Friday, January 15, 2016

On Refusing to Play the "Who's Persecuted Worse?" Game: Muslim and Christian Edition

I am one of a number of progressive Christian writers who has devoted considerable attention in recent months to Western persecution of Muslims. I've certainly written more on this issue than I have about Muslim persecution of Christians.

Every once in a while, I find myself taken to task for this--often in connection with horror stories about brutal treatment of Christians in Muslim-majority countries. A friend will point out that these minority Christians are in far greater danger of being harmed for their faith than any Muslim in the West.

The message, put simply, is this: "They persecute us when they're in power worse than we persecute them when we're in power."

I don't want to play that game. I don't want to focus on which group persecutes the other more egregiously. Persecution, wherever it occurs, is awful. Wherever it occurs, it needs to stop (and probably won't).

But I can already hear the response: If persecution is the problem, then isn't it relevant to consider where the persecution is worst, and then direct my efforts mainly there? Maybe Christians minorities suffer more in Muslim majority countries than Muslim minorities suffer in the West. If so, shouldn't I care about that? Should I then focus my energies on denouncing Muslims for targeting Christians instead of the other way around?

Let me explain why I don't.

It isn't because the persecution of Christians in some parts of the world isn't a problem. It isn't because my heart doesn't bleed when I hear about a Christian boy in Pakistan who was beaten and then set on fire after admitting he was a Christian to the two men accosting him.

The reason is because this attack on a Christian boy in a Muslim-majority country springs from the same deep ideological well as this brutal attack on a Muslim woman in Toronto, or this attack on a Muslim woman in southern France, or this shooting of a Muslim taxi driver in Pittsburgh, or any number of other recent incidents in which Muslims in the West have been targeted for verbal abuse, vandalism, and violence.

The reason is because all of these attacks are about dehumanizing and assaulting the "other," the one who is different, who isn't one of "us." I look at my world and I see an all-too-human impulse to create in-groups and out-groups, and then target members of the out-group not for anything they have done, but simply for belonging to the wrong group. When the out-group is a minority and the in-group a majority, this ideological targeting can often rise to the level of systematic persecution and oppression.

But if the problem is this sort of us/them ideology and the violence and injustice it inspires, the question for me is how I can best use my voice to address that problem. And here it matters that I am a Christian living in a Christian-majority country where Muslims are far more likely to be the targets of Islamophobic persecution and attacks than the other way around.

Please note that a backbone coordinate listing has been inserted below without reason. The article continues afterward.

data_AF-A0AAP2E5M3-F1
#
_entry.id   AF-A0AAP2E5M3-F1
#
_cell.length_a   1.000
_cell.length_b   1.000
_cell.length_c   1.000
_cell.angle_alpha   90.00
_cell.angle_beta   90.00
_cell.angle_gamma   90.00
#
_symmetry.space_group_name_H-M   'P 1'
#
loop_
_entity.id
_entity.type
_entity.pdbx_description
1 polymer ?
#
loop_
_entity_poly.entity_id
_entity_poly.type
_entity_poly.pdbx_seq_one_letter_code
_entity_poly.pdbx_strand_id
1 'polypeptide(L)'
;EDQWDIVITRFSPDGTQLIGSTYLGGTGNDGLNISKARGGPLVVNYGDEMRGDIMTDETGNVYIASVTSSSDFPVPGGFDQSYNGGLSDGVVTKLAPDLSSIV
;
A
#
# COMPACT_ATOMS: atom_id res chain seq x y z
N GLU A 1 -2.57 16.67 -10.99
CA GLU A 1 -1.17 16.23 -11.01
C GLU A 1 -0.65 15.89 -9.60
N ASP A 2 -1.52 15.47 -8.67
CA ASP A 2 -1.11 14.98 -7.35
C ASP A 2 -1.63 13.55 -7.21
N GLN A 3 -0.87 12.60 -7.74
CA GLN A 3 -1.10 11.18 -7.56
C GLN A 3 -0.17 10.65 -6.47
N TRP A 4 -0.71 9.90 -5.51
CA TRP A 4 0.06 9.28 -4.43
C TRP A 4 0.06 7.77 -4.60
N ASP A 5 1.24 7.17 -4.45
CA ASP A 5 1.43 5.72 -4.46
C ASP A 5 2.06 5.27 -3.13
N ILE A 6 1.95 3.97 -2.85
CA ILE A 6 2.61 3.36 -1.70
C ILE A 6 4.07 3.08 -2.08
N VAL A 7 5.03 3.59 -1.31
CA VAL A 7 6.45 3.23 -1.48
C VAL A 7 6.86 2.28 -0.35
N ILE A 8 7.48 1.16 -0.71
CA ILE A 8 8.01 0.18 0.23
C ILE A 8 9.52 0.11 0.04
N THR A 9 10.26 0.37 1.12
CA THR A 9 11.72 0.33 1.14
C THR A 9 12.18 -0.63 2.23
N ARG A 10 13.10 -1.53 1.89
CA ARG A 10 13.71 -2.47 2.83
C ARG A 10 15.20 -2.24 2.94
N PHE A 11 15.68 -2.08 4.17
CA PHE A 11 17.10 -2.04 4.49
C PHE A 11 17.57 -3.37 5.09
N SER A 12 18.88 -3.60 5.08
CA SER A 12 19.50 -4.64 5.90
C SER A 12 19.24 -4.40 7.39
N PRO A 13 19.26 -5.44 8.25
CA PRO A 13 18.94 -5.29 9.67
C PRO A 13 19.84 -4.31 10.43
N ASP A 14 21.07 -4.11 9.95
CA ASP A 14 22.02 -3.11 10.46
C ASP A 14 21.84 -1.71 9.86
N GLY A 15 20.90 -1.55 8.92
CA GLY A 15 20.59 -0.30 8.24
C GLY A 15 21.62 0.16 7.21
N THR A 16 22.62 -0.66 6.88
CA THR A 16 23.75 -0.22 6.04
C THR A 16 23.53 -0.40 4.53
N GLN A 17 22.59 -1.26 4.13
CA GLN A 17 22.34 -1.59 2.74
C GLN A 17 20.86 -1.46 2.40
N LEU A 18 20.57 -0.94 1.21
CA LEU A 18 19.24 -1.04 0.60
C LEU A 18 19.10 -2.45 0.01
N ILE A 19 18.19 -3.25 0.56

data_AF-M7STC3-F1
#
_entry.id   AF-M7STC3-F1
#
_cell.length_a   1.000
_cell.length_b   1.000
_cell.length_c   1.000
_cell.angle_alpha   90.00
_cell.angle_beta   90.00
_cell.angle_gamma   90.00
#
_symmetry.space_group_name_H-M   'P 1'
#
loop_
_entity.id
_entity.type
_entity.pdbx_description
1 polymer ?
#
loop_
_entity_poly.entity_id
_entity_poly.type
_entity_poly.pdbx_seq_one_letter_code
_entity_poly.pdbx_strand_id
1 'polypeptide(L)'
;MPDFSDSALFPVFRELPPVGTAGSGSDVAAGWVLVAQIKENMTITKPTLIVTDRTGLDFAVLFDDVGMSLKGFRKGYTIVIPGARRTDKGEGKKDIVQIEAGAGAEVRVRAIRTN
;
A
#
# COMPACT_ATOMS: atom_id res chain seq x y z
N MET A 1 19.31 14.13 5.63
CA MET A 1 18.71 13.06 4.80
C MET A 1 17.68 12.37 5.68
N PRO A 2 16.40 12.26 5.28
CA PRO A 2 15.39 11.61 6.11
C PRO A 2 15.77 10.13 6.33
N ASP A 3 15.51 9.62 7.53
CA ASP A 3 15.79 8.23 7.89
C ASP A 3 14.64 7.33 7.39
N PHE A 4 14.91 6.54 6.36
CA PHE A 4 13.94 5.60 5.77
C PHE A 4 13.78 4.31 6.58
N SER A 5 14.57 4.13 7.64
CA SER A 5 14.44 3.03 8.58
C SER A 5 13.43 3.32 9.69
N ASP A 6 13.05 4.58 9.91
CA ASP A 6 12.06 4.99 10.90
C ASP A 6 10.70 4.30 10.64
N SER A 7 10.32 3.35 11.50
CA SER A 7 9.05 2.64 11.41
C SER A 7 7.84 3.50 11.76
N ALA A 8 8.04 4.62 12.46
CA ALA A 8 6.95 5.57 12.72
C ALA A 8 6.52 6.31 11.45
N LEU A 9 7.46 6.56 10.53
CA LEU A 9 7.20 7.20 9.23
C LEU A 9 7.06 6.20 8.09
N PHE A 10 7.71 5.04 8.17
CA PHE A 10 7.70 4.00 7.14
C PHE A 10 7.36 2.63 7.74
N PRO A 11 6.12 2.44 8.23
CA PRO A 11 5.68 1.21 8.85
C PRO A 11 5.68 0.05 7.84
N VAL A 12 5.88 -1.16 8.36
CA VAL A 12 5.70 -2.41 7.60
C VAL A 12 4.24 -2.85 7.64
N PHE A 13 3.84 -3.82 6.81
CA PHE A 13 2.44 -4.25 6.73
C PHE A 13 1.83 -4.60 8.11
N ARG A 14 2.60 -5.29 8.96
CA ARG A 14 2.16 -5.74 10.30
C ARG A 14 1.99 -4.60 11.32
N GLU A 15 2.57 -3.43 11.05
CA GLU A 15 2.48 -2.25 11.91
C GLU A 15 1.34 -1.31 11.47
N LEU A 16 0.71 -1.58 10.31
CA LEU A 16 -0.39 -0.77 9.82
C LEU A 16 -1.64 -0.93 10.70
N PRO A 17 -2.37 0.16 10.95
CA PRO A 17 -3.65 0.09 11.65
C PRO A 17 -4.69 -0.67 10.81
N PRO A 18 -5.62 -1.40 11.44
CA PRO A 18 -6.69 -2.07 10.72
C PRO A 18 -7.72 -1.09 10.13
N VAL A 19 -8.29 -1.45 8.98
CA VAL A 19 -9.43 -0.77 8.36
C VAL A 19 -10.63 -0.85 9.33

My audience is primarily Western, primarily Christian. I could, of course, talk to that mostly-Western audience mostly about other people's propensity to fall into us/them thinking, other groups' conscious and unconscious biases. I could focus my attention on how even moderate Muslims, when they fail to stand against extremist ideology in their own ranks, become part of the problem.

But what effect would that have? It won't cause those other people to pause, to introspect, to think about the ways in which they are promulgating divisiveness. etc.--because they aren't my audience. Will it cause Christians in the West to pause, to introspect, to think about the ways in which they are promulgating divisiveness?

Or will that kind of emphasis only serve to promulgate divisiveness? If I, as a Christian, start focusing on all the times when Muslims have acted badly against Christians, all the ways in which Muslim extremists have assaulted Christians, will that break down the us/them ideologies that I think are the real problem, the deep human propensity that does so much harm?

There is no great mystery here, but it needs saying: When members of one group start denouncing the horrors and crimes committed by another group, that does not tend to reduce in-group/out-group ideology. The way to reduce such ideology is for members of a group to be on guard against the rumblings of such ideological hatred within their own ranks, and to speak out against it when and where they see it happening. I feel called to do exactly that.

I'm an American Christian. As a Christian, I believe in taking the plank out of my own eye before taking the speck out of my neighbor's eyes. I believe that if I want to work against the human tendency to divide the world into us and them, I need to start with myself and my community.

We live in a world where there are different religions, different nations, different cultural traditions. Humanity is divided into groups, and that's not going to change. What might change is the tendency of these groups to vilify each other. What might arise is a world where people who are different can co-exist in greater harmony, a world where we dehumanize each other less. How should I work for that?

I can, of course, try to talk to other groups about their tendency to wrongly vilify and dehumanize my group. There are times when all of us may be called to do just that--especially when we or those close to us have been the targets of ideological hate, and our impassioned words can give a human face to what has been dehumanized.